The cards you use in the U.S. will probably work fine for international travels, but here are your options
Dear Cashing In,
I will be in Paris and Normandy and other parts of France. I have a credit card with a chip and PIN, but not a debit card — they are not available yet. Is there an option on ATMs to withdraw cash from a credit card, or does it have to be linked to a checking or savings account? We do not have access to an ATM card with a chip. — Marcia
There has been a lot of publicity lately surrounding chip cards and foreign travel. EMV cards offer enhanced security, which is why U.S. card issuers are adding EMV chips to traditional magnetic stripe cards.
Europe and other parts of the world have had these chip cards for years, and credit cards with chips tend to be more widely accepted in Europe than those with only magnetic stripes.
But let’s be clear: You do not need a wallet full of chip cards when you travel. In fact, you could get by just fine without taking any chip cards. You’re not going to wind up doing the dishes to pay off your meal at a fancy Paris restaurant.Even if you have the latest and greatest U.S. payment technologies when you travel, there is no guarantee that they will all work all the time at foreign merchants. That’s just the way it is, so the best plan is to have a few alternatives.
Let’s break this down by the methods of payment that are most common to Americans:
Credit cards. Because of upcoming changes in the rules for who pays for losses connected to fraud, U.S. card issuers are replacing magnetic-stripe-only cards with chip-enabled cards. Chip cards also have magnetic stripes but you can use them at chip-only terminals in Europe, which could make everyday purchases easier.
In general, cards with chips will work more often than cards with only magnetic stripes if you are overseas. However, foreign merchants know that Americans still have cards that have only magnetic stripes, so those are still widely accepted.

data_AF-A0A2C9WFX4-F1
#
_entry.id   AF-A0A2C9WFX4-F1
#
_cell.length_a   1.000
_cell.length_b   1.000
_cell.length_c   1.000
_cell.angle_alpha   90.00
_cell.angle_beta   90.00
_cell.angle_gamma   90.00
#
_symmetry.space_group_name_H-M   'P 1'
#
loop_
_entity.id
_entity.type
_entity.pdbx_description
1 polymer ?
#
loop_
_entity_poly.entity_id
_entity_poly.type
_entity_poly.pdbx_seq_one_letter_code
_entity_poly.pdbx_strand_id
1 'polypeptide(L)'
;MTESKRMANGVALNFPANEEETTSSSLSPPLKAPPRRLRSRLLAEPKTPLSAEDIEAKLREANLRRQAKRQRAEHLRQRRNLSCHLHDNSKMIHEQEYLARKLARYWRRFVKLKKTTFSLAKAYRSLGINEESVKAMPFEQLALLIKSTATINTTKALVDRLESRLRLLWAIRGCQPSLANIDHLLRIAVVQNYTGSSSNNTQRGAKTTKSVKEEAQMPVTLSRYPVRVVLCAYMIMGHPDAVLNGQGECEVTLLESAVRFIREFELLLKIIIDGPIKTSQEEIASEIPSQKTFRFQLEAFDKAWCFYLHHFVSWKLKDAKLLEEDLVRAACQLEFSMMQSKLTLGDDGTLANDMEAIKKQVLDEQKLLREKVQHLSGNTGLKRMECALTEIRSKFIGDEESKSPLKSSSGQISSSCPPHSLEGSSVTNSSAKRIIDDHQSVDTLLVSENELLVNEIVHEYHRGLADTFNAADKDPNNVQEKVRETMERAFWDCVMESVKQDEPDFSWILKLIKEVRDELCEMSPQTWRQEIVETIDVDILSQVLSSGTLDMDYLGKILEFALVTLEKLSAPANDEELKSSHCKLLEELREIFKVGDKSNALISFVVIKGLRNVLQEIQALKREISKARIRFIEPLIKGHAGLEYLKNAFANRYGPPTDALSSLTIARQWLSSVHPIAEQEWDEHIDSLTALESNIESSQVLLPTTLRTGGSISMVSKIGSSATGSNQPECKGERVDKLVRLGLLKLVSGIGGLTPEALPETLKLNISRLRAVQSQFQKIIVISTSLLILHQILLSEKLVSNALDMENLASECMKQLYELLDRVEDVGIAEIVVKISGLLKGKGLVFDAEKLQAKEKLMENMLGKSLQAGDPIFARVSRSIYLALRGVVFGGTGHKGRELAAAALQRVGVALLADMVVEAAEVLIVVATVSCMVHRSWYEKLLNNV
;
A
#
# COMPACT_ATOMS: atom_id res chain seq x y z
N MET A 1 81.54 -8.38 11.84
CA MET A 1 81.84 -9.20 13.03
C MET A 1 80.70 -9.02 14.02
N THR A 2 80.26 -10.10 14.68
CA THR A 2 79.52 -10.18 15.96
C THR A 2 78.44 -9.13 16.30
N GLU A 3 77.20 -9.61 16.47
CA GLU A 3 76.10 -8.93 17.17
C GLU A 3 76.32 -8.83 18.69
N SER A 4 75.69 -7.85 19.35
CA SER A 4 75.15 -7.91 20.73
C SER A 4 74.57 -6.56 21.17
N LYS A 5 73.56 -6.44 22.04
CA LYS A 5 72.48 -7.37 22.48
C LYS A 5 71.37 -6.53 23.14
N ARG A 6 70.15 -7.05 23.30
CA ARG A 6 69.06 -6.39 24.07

U.S. cards sometimes are still troublesome at unmanned kiosks such as those you would find at parking garages or toll booths, because card issuers have chosen for the most part to configure the cards without PINs. Kiosks often ask for PINs.
Marcia, you definitely do not want to use a credit card at an ATM, whether it is in the U.S. or abroad. That’s because your card issuer will treat the withdrawal as a cash advance, which is subject to both a fee and immediate, high interest rates.
Debit cards. In the U.S., these tend to be popular. Almost two-thirds of Americans use debit cards, according to a December 2013 Mercator Advisory Group study. You enter a PIN when you use the card at a merchant, and the money is deducted from your bank account.
Internationally, you could use debit cards at retailers, but you probably wouldn’t want to. That’s because most debit cards come with foreign transaction fees, which are typically a percentage of the purchase price. A much better idea is to use your bank’s debit card at an ATM, where the charge is typically a fixed fee of a few dollars when you withdraw the money.
U.S. banks are slowly issuing debit cards with chips, but even debit cards without chips work at foreign ATMs. Call your bank to alert it that you are traveling abroad so it doesn’t block the transactions.
Cash. Wherever you are, you never want to carry too much cash, in case of pickpockets. But when traveling, cash is almost universally accepted. Internationally, many merchants prefer cash.
International payments can be confusing. But my guess is you will be surprised how far you can go in France and elsewhere with the cards you currently use here in the United States.